STAR CITY, Moscow Region, March 4 (Alexey Eremenko, RIA Novosti) – On Monday the crew of the 35/36th expedition to the International Space Station (ISS) spent six hours in a simulation module waiting for things to go wrong – and they did.
It could have been a toilet malfunction (imagine that in space), it could have been a hull breach. It actually was a fire – and though no equipment was really torched in Moscow Region’s Star City, the crew had to take it seriously or risk staying home.
The standard pre-flight exam, which simulates various emergencies in space, was revised for the ISS mission set to launch from Baikonur on March 29, which is to be the first manned flight of the Soyuz rocket to complete the trip to the station in six hours, not two days.
“If everything goes well, the short trip may become standard procedure for flights to ISS starting late 2013,” said Sergei Krikalev, the head of the Yuri Gagarin Cosmonaut Training Center in Star City, 25 kilometers east of Moscow.
Cutting flight time to the ISS was made possible by computing equipment improvement over the past decade and the accumulation of ballistic data from past launches, which allowed for more precise launch calculations, Krikalev said on Monday.
But the shorter trip has its own risks because the crew has less time to react to emergencies, Krikalev told RIA Novosti after exams began in Star City on the second day of the four-day-long cosmonaut exam session, set to wrap up on Wednesday.
After the US Space Shuttle program was concluded in 2011, the expendable Soyuz spacecraft, whose first modification debuted in 1967, remain the sole means of reaching the ISS for humans, though a number of programs to replace the Shuttle are in the works under NASA’s aegis. One of the tentative successors, the privately owned Dragon, completed an unmanned flight to the ISS on Sunday.
The main and backup spaceman crews assemble for exams at dawn at two separate but equally huge hangars at the Gagarin Center, whose size dwarfs the life-sized spacecraft simulators inside.
Crew captains draw exam tasks listing various emergencies they will have to deal with during the simulation flight. The tasks are coded, so only the examiners know which five kinds of space trouble the crews will be facing that day.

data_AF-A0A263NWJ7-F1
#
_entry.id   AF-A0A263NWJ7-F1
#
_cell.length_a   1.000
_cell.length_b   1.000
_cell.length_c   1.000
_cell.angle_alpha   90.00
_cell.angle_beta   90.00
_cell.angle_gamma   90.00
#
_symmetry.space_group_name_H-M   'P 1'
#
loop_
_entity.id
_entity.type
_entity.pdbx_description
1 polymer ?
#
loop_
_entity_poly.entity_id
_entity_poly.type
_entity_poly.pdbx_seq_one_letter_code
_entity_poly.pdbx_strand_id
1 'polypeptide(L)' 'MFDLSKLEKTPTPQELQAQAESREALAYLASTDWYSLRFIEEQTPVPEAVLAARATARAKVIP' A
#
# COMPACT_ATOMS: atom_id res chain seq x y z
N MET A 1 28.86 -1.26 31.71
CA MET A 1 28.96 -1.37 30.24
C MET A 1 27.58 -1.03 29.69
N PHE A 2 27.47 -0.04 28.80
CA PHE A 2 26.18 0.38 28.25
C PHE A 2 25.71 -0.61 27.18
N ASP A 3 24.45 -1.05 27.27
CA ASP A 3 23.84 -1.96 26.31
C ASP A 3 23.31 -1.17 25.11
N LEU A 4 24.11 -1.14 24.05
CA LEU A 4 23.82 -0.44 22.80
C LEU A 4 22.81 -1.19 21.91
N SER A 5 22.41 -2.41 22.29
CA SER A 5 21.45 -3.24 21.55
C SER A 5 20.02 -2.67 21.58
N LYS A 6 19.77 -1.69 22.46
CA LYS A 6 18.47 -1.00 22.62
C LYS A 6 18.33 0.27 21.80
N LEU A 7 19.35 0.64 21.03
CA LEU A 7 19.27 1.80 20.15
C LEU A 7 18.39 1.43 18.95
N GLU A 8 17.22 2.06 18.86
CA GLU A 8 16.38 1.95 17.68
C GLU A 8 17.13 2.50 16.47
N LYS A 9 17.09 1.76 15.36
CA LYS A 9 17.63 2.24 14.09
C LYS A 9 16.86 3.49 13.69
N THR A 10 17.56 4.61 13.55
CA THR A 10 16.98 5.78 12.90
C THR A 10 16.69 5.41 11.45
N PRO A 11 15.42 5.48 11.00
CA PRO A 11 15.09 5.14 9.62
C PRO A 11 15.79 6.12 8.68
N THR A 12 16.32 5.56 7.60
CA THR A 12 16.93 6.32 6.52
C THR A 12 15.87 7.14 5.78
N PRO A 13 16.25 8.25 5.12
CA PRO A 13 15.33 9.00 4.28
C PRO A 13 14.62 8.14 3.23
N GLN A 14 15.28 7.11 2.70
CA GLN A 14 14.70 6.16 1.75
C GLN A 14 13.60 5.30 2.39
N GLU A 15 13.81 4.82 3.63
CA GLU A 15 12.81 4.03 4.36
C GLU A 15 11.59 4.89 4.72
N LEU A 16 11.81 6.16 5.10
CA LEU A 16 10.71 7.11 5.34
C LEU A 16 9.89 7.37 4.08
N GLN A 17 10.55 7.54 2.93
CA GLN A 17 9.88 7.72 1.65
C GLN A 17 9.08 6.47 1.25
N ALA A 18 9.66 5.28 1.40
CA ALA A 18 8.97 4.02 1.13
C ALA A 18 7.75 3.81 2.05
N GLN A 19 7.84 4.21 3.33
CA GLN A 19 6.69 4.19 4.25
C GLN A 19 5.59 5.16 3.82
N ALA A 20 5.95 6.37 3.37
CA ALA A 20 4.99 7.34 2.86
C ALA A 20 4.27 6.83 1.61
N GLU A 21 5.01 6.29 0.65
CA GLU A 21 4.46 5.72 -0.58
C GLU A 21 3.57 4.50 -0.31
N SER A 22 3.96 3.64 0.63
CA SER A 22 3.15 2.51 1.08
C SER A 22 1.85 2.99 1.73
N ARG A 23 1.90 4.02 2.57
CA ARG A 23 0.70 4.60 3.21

“The main emergency will be…fire!” Valery Korzun, who oversees cosmonaut training at the facility, told reporters after the main crew disappeared in the ISS simulator.
“But hush! They may overhear us and know what they’ve got coming,” he said in a dramatic whisper.
However, cosmonauts never really flunk the tests – not after years of preparation. “It’s too late to be afraid of anything at this stage,” Alexander Misurkin, one of the three members of Expedition 35/36, said before entering the station’s imitation module.
Both teams passed the tests with flying colors on Monday, same as on the first day of the exam session on Friday, Gagarin Center’s press service reported. The media were not allowed to observe exactly how they fought the mock fire and other space trouble.
The 35/36th ISS mission comprises two Russians – Misurkin, a space newbie, and Pavel Vinogradov, who completed two space flights – as well as US astronaut Christopher Cassidy, a former Navy SEAL who flew to the ISS on a Space Shuttle in 2009.
The mission is poised not just to test a new launch procedure, but also to break a record: Vinogradov, who is expected to mark his 60th birthday on August 31 in orbit, is on track to become the oldest Russian in space.
The record is currently held by Valery Ryumin, who flew in 1998 at the age of 58. Both he and Vinogradov still fall far short of the world record holder US astronaut John Glenn, who made his second and last trip to space in 1998 when he was 77 years old – 36 years after his first flight at the dawn of the space era.
RIA Novosti reporter Alexei Peslyak contributed to this report from Star City.